I went into The Visit, the latest offering by writer/director M. Night Shyamalan’s, with high hopes and restrained expectations. I hadn’t seen anything of his since Signs and, based on widely-held critical opinions, had no reason to regret that. But there had been some good buzz about The Visit. Maybe Shyamalan had found his footing, again.
I think in some ways he has. The Visit is quite an effective little horror film about two children meeting their grandparents for the first time. It was made for only 5 million dollars, and relies on nothing but finely-tuned acting and sharp camera work to make it scary. And it was—I jumped, I flinched, I gasped in shocked surprise. Is it derivative? Absolutely. Is it predictable? Frequently. Is it scary? Yes, indeed. While it has its flaws, The Visit is well-constructed and well-cast, with a minimum of gore and a number of solid scares leading up to the big finish.
Visually, The Visit grabs the eye. Against the isolation of a rural winter and the drab costumes of Pop-pop and Nana, the children’s bright yellow, green, and pink clothing demands attention. It also allows the gradually-revealed threat to blend into the grey background until it is ready to spring.
Shyamalan sets up The Visit’s style immediately, by giving his adolescent female character a camera and the mission to make a documentary of a week with her never-met grandparents. Her project becomes the impetus for the storytelling and the device upon which Shyamalan hangs his cinematography. There is almost seamless editing between traditional filming and the hand-held/found footage effect, to the point that it is not always clear which is which. Certain scenes are strongly reminiscent of The Blair Witch Project and the similar films that followed. I think the technique is better realized, here, even though it loses any shock value it may have had.
The cast is talented. Olivia DeJonge and Ed Oxenbould as the protagonists Rebecca and Tyler have an easy chemistry that is almost too familiar for siblings of their ages (15 and 13, respectively). They are precocious and funny and comfortable in their roles, even when saddled with goofy quirks. As the children’s mother, Kathryn Hand invests her character with a youthful energy that speaks of an immature parent. She loves her kids, but the impression I got was that they parent her as much if not more than she parents them.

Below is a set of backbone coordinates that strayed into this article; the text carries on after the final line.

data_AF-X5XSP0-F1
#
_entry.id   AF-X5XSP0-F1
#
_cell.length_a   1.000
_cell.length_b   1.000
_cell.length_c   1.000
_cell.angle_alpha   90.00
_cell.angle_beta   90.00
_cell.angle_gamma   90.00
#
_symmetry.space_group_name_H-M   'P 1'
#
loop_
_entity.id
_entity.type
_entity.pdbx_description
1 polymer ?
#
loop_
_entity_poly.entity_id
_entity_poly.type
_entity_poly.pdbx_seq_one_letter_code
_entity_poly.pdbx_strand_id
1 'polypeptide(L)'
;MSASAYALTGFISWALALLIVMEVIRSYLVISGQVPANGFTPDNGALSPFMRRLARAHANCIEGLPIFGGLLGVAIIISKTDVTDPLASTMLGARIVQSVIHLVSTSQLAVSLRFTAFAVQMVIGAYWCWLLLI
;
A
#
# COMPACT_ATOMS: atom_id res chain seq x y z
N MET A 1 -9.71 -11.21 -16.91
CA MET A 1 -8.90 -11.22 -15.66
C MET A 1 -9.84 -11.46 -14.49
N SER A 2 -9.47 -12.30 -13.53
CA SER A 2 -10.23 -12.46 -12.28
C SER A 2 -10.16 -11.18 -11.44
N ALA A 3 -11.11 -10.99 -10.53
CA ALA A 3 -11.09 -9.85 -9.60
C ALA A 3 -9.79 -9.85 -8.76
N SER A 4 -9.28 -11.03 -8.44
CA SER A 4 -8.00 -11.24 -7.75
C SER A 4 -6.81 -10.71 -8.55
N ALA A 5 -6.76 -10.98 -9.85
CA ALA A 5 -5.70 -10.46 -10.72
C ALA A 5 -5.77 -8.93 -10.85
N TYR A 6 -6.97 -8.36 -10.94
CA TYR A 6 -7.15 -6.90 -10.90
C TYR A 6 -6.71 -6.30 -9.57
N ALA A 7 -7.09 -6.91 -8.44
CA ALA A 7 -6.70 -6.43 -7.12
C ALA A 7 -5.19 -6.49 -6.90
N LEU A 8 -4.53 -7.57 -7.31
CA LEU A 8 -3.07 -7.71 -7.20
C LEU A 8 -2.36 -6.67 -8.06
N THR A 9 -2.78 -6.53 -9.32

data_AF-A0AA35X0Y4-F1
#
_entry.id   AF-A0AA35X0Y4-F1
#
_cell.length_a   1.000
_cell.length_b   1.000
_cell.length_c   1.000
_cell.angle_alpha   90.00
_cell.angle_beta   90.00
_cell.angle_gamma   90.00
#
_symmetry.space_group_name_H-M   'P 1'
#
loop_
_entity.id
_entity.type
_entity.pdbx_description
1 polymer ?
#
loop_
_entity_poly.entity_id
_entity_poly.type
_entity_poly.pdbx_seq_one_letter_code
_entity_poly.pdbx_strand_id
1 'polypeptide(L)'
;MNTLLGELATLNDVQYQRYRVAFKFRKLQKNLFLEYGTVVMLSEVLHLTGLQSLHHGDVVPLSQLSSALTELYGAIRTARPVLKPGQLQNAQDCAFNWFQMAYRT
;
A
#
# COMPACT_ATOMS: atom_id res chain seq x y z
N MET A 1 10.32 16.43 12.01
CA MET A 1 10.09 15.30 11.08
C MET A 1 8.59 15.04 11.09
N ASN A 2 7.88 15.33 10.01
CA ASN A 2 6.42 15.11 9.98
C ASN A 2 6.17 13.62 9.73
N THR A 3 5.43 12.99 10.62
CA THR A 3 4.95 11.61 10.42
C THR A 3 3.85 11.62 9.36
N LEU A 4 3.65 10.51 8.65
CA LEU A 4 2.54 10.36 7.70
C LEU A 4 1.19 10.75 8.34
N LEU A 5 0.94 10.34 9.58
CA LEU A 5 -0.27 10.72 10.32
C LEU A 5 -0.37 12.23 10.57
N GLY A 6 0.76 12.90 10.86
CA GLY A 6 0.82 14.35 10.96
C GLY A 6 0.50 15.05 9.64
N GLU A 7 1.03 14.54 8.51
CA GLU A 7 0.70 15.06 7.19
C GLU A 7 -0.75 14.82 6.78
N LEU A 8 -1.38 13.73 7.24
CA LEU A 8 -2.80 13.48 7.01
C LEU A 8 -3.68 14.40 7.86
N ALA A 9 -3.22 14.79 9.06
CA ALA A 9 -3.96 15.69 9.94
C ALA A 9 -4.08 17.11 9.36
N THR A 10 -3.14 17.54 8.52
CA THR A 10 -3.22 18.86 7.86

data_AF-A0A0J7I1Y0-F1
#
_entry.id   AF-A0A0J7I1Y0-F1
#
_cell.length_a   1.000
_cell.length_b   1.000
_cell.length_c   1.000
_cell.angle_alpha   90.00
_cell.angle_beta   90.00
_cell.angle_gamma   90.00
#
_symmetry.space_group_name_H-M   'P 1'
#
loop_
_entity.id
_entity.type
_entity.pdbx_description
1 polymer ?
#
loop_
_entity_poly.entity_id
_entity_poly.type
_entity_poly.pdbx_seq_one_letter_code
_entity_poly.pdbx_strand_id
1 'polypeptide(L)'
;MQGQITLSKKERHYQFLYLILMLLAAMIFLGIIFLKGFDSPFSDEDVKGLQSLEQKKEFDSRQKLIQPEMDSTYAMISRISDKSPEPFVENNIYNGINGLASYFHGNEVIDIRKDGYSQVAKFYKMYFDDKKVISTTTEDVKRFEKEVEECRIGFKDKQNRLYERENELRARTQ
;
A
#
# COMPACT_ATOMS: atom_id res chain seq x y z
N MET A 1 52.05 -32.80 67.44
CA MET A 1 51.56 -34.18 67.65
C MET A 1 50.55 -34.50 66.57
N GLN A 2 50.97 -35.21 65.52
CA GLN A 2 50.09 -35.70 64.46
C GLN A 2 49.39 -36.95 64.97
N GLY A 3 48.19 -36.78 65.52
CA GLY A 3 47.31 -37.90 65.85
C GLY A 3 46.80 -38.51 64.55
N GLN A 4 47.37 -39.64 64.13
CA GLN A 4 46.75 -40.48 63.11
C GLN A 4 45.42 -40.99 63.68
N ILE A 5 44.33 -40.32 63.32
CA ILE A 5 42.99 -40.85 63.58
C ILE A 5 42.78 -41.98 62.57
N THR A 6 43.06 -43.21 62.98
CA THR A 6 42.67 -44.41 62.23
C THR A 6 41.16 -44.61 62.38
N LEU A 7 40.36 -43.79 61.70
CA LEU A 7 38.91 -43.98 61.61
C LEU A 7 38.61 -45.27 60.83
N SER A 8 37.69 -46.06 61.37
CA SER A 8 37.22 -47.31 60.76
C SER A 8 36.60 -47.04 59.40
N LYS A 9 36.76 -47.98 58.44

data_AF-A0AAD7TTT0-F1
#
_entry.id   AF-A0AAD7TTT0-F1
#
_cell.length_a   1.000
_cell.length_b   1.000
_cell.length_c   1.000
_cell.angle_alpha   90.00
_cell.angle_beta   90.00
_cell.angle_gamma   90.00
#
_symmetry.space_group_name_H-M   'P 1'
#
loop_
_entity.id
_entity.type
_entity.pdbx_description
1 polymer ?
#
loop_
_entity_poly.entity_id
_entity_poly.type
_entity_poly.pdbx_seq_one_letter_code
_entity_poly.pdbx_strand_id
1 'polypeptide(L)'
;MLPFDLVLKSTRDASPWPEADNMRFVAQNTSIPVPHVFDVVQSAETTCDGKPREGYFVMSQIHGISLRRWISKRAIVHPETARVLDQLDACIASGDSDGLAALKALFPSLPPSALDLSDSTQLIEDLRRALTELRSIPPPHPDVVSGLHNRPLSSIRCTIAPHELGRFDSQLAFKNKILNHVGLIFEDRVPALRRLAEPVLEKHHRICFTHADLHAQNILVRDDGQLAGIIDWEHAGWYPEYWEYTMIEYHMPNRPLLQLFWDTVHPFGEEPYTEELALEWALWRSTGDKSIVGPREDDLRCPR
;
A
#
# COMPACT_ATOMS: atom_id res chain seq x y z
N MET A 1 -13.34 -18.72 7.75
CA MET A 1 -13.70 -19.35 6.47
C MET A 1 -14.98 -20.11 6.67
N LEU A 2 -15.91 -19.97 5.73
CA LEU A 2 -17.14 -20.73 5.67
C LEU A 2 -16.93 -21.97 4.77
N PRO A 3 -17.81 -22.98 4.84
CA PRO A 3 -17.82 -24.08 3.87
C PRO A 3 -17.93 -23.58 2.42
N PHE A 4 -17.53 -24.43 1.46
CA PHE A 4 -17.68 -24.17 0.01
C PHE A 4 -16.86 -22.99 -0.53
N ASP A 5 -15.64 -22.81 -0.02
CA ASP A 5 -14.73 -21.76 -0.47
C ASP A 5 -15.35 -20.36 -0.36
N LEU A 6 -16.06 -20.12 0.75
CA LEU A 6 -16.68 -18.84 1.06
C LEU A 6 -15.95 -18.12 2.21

Deanna Dunagan as Nana brings an often believable portrayal of barely-checked madness to the film. She has a face like an aged china doll, making her lunatic turns all the more shocking. Peter McRobbie is less obviously insane as Pop-pop, and he inflects his character’s paranoia with the suggestion of a real desire for connection. At times he seems so lost it is difficult to not feel pity for him.
There were some false steps in the movie that bog it down. The children’s weaknesses are too precise and are exploited a little too plainly in the final showdown, taking away some of the impact. The final confrontation came across to me like a cheap thrill, an opportunity for an easy fright and a little gross-out. And I was left with a few random questions: Why do concerned neighbors stop by instead of calling? Why is there an internet connection fast enough for glitch-free Skyping, but no cell phone service or land line? Why did their mother not introduce the kids to their grandparents on Facebook? Why, knowing that their real grandparents have been replaced by progressively-more-unhinged strangers, would Rebecca ever go down in the basement?
My Take Away
Questions aside, I think The Visit is a small, scary movie that dips regularly into the obvious. The climax of the film is still Shyamalan’s usual twist, and it is intense and heavy-handed compared to the wonderfully inflicted build up. Its final message of “Don’t hold on to anger” seems just a wee bit maudlin after what goes before it.
But it is still a pretty good movie. The Visit probably won’t turn out to be as enduring or fondly remembered as The Sixth Sense, but it is well worth seeing. It is funny, it is tense, it is frightening, and it somehow makes you care about all of its characters. Even the wrong ones. That’s the kind of twist it is hard to see coming.
E.A. Ruppert contributes book and media reviews for NerdGoblin.com. Thanks for checking this out. To keep up with the latest NerdGoblin developments, please like us on Facebook , follow us on Twitter and Pinterest, and sign up for the NerdGoblin Newsletter.
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